After having flown five missions in five days, the 5th on New Years day, the crews were given a rest on Sunday, 2 January. The following two days were likewise mission less days. Operations resumed on 5 January with a strike against a bivouac area at Kiari, New Guinea, followed by another day of idleness. An attack on antiaircraft emplacements and dumps at Uligan harbor, New Guinea. by 7 of the 823d’s B-25’s cost the squadron one B-25 and its entire crew. The plane was set afire by ack-ack; and crashed in flames in the midst of buildings that surrounded the Uligan mission; some of the buildings were set on fire by the burning plane. Supply dumps and antiaircraft positions at Brimshafen Plantatation near Bogadjim were attacked by seven of the squadron’s B-25’s on 10 January; a barge sweep from Bogadjim to Herwath Point, New Guinea, was flown on the eleventh; and Uligan Harbor was revisited, with good results, on the following day. Then came almost week—six days, to be exact—of inactivity for the combat crews. For other members of the squadron, those days were filled with activity as usual.

On 22 January, 2 officers and 2 enlisted men of the 823d took off in a plane piloted by the commanding officer of the 822nd squadron on a routine flight to Dobadura, New Guinea. Altogether there were 12 officers and enlisted men abroad the B-25. The plane never reached Dobadura, nor was it heard from after takeoff.. The only clue to the disappearance of the plane was the sound of an explosion heard by some natives about ten miles south of Kokoda. An intensive search of the entire area revealed no trace of the missing men or the airplane. Three officers and three enlisted men who volunteered on 2 February, despite impossibley bad weather to continue the search were never heard from.

Two of the 823d’s B-25’ left Townsville, Australia, on 27 January to rejoin the squadron at Port Moresby. One of the two turned back because of engine trouble. It took off again the next day but failed to arrive on schedule. Searches, hampered by bad weather were kept up for several days; but no trace of the missing plane was found. A few days later, on 3 February, another of the squadron’ B-25’s was reported missing in an operational flight from Durand airdrome.

During February the planes of the 823d flew several missions from an airdrome at Dobadura. These missions like many flown by the squadron during January, February, and March 1944 were part of a campaign against the Admiralty Islands, northwest of New Britain. On a strike flown from Dobadura against Kavieng, New Ireland, one of the squadron’s planes, hit by ack-ack over the target, crashed and exploded.

D-day in the Admiralties campaign was 29 February 1944. The 823d had flown a number of missions during the last part of February in direct support of the projected campaign, attempting to soften up Japanese defenses and bombing and strafing airfields in New Guinea, New Britain, New Ireland and the Admiralties to make them unserviceable and thus prevent effective enemy air opposition to the planned landings on Los Negros. On D-day weather made it impossible to execute the air phase as planned. Only seven planes out of three Liberator squadrons had been able to penetrate the weather and carry out the bombings that had been expected to accomplish before the landings, and only three planes out of the 38th’Group’s four squadrons were able to do the follow- up bombing and strafing that had been assigned to them. Two of the three planes were from the 823d squadron.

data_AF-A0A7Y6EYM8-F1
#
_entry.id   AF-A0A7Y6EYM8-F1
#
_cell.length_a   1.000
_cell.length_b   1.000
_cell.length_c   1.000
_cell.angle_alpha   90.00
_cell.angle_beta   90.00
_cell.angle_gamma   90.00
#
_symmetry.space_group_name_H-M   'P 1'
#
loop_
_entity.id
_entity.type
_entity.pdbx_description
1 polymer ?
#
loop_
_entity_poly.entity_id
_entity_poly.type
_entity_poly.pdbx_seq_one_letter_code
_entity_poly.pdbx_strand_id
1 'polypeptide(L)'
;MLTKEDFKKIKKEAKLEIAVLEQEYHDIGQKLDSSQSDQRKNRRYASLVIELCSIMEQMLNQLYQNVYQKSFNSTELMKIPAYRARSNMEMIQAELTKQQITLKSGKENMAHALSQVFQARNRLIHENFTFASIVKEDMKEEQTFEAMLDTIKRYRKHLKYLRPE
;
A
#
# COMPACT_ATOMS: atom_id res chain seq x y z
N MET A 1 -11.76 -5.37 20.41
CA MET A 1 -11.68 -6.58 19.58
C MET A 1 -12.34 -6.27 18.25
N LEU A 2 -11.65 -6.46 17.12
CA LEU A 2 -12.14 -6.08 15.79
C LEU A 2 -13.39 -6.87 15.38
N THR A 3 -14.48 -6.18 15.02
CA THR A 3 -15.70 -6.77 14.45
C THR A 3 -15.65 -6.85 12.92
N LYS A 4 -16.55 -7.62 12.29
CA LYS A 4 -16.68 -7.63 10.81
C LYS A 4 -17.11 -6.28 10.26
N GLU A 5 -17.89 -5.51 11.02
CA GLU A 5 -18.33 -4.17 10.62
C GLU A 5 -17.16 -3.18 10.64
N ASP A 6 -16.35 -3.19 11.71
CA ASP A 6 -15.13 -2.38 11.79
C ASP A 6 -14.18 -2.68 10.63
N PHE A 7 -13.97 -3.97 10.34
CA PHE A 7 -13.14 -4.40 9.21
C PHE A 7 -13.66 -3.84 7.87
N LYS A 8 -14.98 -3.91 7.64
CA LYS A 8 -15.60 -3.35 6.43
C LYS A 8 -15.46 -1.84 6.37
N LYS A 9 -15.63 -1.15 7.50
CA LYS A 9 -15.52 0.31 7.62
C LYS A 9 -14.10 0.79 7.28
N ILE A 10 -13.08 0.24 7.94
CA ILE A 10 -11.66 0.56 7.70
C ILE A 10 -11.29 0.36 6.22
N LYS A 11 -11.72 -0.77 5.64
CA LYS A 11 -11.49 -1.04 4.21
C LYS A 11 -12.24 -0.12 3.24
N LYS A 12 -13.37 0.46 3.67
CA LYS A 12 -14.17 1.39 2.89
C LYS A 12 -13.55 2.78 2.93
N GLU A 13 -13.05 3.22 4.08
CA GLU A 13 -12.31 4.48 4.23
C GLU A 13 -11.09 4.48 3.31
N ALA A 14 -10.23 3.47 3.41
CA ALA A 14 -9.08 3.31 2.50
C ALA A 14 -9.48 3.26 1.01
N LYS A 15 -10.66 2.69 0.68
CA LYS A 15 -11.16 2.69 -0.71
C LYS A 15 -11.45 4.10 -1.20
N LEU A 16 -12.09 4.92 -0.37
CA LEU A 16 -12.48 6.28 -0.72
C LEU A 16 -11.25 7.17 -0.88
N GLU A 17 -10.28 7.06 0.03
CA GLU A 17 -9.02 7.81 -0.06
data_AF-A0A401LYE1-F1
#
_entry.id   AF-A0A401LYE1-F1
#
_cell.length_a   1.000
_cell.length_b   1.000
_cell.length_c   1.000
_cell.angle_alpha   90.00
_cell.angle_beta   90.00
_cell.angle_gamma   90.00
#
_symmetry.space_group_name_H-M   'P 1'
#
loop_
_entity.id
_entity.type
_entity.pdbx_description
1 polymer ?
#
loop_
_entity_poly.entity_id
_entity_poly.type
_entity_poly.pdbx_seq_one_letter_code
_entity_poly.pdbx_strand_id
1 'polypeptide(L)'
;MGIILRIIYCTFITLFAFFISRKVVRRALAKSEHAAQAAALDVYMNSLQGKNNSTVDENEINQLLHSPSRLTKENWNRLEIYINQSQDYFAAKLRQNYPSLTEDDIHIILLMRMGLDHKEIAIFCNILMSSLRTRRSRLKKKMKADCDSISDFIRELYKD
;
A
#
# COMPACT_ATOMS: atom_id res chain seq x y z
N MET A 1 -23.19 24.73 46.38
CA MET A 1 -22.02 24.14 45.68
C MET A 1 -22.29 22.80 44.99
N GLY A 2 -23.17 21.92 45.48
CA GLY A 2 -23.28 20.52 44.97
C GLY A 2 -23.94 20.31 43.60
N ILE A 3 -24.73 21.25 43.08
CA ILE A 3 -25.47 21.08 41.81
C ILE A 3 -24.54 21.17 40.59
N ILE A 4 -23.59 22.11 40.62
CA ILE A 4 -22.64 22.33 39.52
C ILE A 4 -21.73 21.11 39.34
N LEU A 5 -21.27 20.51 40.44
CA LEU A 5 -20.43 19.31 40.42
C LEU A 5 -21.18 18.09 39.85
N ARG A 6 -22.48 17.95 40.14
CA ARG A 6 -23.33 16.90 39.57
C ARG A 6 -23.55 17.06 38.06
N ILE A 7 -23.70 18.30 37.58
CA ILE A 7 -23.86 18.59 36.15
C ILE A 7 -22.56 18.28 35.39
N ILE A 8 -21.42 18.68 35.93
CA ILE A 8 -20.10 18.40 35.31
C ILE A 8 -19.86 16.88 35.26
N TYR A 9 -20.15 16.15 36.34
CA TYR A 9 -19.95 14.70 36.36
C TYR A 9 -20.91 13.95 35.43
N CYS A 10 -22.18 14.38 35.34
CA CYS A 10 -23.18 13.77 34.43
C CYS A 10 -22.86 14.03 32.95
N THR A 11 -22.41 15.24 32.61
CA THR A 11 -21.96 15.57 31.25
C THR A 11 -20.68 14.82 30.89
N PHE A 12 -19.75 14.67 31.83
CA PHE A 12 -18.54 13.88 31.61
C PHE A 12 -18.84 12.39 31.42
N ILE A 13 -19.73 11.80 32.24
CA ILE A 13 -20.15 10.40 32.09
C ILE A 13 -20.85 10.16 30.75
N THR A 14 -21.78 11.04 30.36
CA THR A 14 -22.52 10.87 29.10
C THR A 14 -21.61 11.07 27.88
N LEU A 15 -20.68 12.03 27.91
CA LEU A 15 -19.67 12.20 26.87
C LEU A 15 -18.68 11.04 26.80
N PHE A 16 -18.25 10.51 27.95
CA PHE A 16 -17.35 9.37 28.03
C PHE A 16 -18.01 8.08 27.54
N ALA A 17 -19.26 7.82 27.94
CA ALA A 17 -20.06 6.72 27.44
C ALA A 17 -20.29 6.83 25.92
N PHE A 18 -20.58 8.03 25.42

After D-day at Los Negros the Royal Australian Air Force largely took over the task of providing air support for the Admiralties, and the crews of the 823n turned their attention again to the New Guinea.

Early in March the 823d, along with the rest of the 38th Group, moved from Port Moresby to Nadzab, about 200 miles to the northwest of Port Moresby. Members of the squadron found Nadzab a much desirable site for a base than Port Moresby. The air crews were particularly happy about the move; no longer would it be necessary for them to fly over the "hump"—the ridge of mountains that extends from southeast to northwest across the interior of New Guinea.

At the beginning of April the enemy airdromes at Wewak had been almost completely neutralized; they were in use only occasionally, and then only briefly. Airstrips at Awar and Nubia were no longer in use, and those at Madang and Alexishafen appeared also to be abandoned, but the enemy was reinforcing his air strength in Hollandia. Hence, on 3, 5, 12 and 16 April the 823d squadron, with the rest of the 38thGroup and other elements of the United States Army Air Forces, carried out extensive and devastating attacks on the airdromes on Hollandia and on shipping, installations, and stores at Humboldt Bay. Similar softening-up missions were flown against installations in the Tadji-Aitape area. On 22 April successful landings were accomplished at Hollandia and Tadji; air support was furnished by carrier-based Navy aircraft. The 823d on that day bombed Potsdam Plantation. On 28 April the squadron began a series of bombing and strafing attacks on Wadke Island. During April the squadron flew 117 sorties and dropped 81 tons of bombs, 98.5 percent on target.